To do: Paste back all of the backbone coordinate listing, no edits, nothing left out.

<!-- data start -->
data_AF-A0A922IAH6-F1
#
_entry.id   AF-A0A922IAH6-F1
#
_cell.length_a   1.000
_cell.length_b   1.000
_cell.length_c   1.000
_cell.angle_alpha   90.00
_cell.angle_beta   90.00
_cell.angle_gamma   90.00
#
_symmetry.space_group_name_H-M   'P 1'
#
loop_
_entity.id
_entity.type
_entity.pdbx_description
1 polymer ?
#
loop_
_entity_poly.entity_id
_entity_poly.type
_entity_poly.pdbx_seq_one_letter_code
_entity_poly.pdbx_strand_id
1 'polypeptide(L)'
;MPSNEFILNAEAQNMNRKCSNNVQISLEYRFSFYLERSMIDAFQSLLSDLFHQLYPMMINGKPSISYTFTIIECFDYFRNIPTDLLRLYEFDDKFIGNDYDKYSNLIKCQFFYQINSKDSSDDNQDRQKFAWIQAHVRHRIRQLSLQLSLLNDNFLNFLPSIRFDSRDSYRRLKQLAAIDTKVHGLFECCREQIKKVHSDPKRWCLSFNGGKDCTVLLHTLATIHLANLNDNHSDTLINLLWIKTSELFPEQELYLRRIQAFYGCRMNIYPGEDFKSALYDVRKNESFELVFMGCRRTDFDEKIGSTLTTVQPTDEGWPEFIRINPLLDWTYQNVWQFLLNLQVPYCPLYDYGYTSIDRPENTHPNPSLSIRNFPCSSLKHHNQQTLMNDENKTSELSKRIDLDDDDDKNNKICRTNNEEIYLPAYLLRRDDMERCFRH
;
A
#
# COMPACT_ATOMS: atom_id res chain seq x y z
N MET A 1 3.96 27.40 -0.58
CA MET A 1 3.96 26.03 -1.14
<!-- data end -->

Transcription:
data_AF-A0A922IAH6-F1
#
_entry.id   AF-A0A922IAH6-F1
#
_cell.length_a   1.000
_cell.length_b   1.000
_cell.length_c   1.000
_cell.angle_alpha   90.00
_cell.angle_beta   90.00
_cell.angle_gamma   90.00
#
_symmetry.space_group_name_H-M   'P 1'
#
loop_
_entity.id
_entity.type
_entity.pdbx_description
1 polymer ?
#
loop_
_entity_poly.entity_id
_entity_poly.type
_entity_poly.pdbx_seq_one_letter_code
_entity_poly.pdbx_strand_id
1 'polypeptide(L)'
;MPSNEFILNAEAQNMNRKCSNNVQISLEYRFSFYLERSMIDAFQSLLSDLFHQLYPMMINGKPSISYTFTIIECFDYFRNIPTDLLRLYEFDDKFIGNDYDKYSNLIKCQFFYQINSKDSSDDNQDRQKFAWIQAHVRHRIRQLSLQLSLLNDNFLNFLPSIRFDSRDSYRRLKQLAAIDTKVHGLFECCREQIKKVHSDPKRWCLSFNGGKDCTVLLHTLATIHLANLNDNHSDTLINLLWIKTSELFPEQELYLRRIQAFYGCRMNIYPGEDFKSALYDVRKNESFELVFMGCRRTDFDEKIGSTLTTVQPTDEGWPEFIRINPLLDWTYQNVWQFLLNLQVPYCPLYDYGYTSIDRPENTHPNPSLSIRNFPCSSLKHHNQQTLMNDENKTSELSKRIDLDDDDDKNNKICRTNNEEIYLPAYLLRRDDMERCFRH
;
A
#
# COMPACT_ATOMS: atom_id res chain seq x y z
N MET A 1 3.96 27.40 -0.58
CA MET A 1 3.96 26.03 -1.14